Government insisted via the Ministry of Education that no fees of any sort should be charged any pupil at the basic level of the public education sector. Teachers and schools followed this directive religiously by resorting to writing exams questions on chalkboards for terminal examinations in April, 2019. This caused a nationwide stir with the GES and MoE, at the receiving end subjected to ridicule and criticism by the general public for the development. The GES Council Chair, in an attempt to control the damage, opined that teachers had failed to comprehend the directive which rather, according to him, enjoined them to arrange with PTAs to agree on fees for exams in their various schools. This assertion was however debunked by the Minister of Education who solidified the stance of government that no fees should be paid at the basic level. He brushed aside the idea that writing exams questions on chalkboards was inappropriate by claiming it was not a new thing, after all. Well said. That was classical contradictory defences by two political giants in the education system, both seeking to defend the government of the day. After a long period of silence, the D-G finally found his lost voice and returned to announce it in the media by revealing that the GES was in the process of securing Printers for every MMDEO in the country to enable them print exams questions for the schools. He again went missing and never made any comments on exams until news broke on 2/07/2019 (2 weeks from commencement of end of year exams) that the GES management wanted basic public school headteachers to print exams on credit from local printing press while awaiting monies from the Base Capitation Grant to arrive so they use part of it to defray the debt. This suggestion was met with open opposition from teachers before the D-G finally issued the directive that led us to where we find ourselves at the moment. I hope you are with me now?
So from all indications, there is manipulation and interference by government. I think from the angle of bearing the cost of exams or assessment, it is in line with the FCUBE policy but I have reservations about its appropriateness at this time- a broad subject to be digested some other time. However, planning and execution of the directives (initiative), or whatever it is, by the GES has been shambolic leading to a lot of setbacks that have long term effects on the output of quality educational outcomes. Indeed, when I brought this up in my discourse with a colleague somewhere, the other day, he was adamant that no harm will be done. That is actually a mentality borne out of ignorance. Obviously, my friend had forgotten that the adage: “Little drops of water make a mighty ocean” does exist, and means a lot. He was copiously referring to the BECEs, GCEs, SSSCEs etcetera which are all external exams, anyway, to justify his stance that having some other people set questions to assess pupils in an internal exam is inappropriate. In this case, the GES has presided over assessment (exams) that has technically yielded no foreseeable dividends for modern day pupil per empirically established facts. It is yet another case of public resources recklessly plundered in pursuit of a political target while the main rationale behind the initiative is effectively relegated to the backdrop. For how long will the people suffer the consequences of ignorance while the enlightened few continue their habit of bamboozling them into worshipping mediocrity? The very policies that can enlighten the ordinary citizen are being poorly implemented so the effectiveness is compromised. It is another sad day in the history of Ghana education. May God continue to guide us!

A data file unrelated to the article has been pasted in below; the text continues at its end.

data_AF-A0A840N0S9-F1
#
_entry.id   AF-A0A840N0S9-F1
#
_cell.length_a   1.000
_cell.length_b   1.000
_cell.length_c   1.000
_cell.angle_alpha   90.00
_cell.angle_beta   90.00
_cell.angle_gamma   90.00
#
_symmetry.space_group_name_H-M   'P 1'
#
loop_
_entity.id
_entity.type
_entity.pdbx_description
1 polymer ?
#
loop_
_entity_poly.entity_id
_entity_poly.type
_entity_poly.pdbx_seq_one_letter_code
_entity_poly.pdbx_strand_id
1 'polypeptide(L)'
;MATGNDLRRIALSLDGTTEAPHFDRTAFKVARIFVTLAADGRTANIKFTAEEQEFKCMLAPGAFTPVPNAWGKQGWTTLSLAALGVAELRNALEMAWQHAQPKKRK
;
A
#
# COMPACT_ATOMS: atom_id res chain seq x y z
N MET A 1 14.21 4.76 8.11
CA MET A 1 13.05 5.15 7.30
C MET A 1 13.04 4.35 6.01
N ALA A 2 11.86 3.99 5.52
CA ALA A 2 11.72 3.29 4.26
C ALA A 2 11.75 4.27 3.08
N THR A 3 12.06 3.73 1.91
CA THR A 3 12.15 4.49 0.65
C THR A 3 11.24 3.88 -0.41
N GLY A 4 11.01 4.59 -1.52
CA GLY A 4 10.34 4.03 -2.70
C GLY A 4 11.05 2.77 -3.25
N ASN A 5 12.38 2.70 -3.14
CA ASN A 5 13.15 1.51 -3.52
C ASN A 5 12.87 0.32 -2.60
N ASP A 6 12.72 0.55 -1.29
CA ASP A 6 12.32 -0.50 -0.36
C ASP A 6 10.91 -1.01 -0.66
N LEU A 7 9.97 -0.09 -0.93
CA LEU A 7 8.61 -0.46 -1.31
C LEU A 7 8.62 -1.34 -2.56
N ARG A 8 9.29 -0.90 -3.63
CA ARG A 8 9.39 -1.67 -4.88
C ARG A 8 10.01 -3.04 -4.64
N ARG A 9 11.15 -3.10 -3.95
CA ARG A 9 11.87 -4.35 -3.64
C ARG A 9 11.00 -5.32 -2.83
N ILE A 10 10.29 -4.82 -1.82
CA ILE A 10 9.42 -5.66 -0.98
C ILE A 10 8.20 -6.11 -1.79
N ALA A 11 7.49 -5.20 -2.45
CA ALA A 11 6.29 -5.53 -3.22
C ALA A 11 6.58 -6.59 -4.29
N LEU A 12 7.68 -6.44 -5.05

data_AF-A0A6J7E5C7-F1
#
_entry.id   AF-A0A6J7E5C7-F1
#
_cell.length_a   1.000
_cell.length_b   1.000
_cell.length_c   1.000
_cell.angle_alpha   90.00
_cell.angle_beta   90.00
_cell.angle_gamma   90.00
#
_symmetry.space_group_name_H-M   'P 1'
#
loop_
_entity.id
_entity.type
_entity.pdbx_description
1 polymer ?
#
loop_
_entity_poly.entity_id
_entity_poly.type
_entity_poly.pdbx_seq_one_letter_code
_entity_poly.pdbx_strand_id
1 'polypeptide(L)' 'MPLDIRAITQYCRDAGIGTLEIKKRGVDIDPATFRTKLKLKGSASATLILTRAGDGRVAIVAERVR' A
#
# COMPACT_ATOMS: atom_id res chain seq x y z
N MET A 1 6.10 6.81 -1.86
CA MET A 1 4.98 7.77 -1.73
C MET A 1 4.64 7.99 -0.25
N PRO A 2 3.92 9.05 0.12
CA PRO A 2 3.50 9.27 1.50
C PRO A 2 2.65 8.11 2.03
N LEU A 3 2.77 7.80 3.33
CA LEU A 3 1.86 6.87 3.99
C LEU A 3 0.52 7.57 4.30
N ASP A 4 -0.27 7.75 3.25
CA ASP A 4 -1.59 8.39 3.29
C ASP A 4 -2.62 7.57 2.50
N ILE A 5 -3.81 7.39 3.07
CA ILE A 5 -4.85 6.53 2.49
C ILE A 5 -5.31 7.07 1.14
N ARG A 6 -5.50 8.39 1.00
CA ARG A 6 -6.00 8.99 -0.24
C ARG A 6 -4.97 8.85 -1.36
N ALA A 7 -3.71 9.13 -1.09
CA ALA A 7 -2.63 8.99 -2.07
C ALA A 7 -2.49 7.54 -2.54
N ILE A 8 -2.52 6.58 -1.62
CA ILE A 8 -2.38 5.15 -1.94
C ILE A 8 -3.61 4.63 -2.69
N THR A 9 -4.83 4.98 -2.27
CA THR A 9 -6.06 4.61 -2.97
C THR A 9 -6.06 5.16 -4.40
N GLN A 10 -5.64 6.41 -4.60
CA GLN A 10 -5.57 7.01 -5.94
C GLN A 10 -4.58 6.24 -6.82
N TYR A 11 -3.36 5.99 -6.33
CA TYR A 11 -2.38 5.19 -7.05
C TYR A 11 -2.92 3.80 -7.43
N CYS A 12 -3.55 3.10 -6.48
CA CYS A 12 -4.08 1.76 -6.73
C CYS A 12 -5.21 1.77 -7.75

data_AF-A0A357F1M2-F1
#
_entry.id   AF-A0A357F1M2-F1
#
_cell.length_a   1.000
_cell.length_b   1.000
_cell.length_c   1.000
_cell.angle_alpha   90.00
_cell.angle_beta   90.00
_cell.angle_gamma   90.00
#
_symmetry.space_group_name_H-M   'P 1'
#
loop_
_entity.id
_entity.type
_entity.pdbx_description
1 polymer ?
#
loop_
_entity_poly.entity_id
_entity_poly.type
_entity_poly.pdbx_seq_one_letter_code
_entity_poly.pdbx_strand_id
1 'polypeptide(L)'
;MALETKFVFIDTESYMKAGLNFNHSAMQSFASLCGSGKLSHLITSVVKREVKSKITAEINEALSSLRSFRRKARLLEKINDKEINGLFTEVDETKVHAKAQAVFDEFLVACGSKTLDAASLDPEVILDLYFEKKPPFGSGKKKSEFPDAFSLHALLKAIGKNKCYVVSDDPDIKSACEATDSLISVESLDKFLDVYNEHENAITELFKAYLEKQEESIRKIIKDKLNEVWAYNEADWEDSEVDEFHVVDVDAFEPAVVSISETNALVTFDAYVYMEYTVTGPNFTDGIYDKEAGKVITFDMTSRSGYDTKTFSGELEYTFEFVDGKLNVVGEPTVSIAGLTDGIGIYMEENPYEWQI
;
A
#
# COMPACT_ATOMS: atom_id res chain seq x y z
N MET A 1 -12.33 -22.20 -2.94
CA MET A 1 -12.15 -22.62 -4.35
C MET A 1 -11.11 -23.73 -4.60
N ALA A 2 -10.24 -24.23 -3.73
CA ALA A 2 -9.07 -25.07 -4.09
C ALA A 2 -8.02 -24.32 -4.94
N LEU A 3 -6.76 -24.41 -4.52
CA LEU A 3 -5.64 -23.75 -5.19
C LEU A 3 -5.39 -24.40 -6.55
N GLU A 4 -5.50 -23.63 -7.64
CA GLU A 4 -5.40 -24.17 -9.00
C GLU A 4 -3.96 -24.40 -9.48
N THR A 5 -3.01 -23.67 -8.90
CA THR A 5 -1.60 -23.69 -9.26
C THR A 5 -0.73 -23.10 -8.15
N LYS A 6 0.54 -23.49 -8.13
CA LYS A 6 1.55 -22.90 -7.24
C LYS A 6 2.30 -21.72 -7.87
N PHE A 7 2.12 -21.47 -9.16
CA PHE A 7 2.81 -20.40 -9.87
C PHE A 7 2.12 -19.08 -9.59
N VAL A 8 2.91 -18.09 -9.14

David Angangmwin Baganiah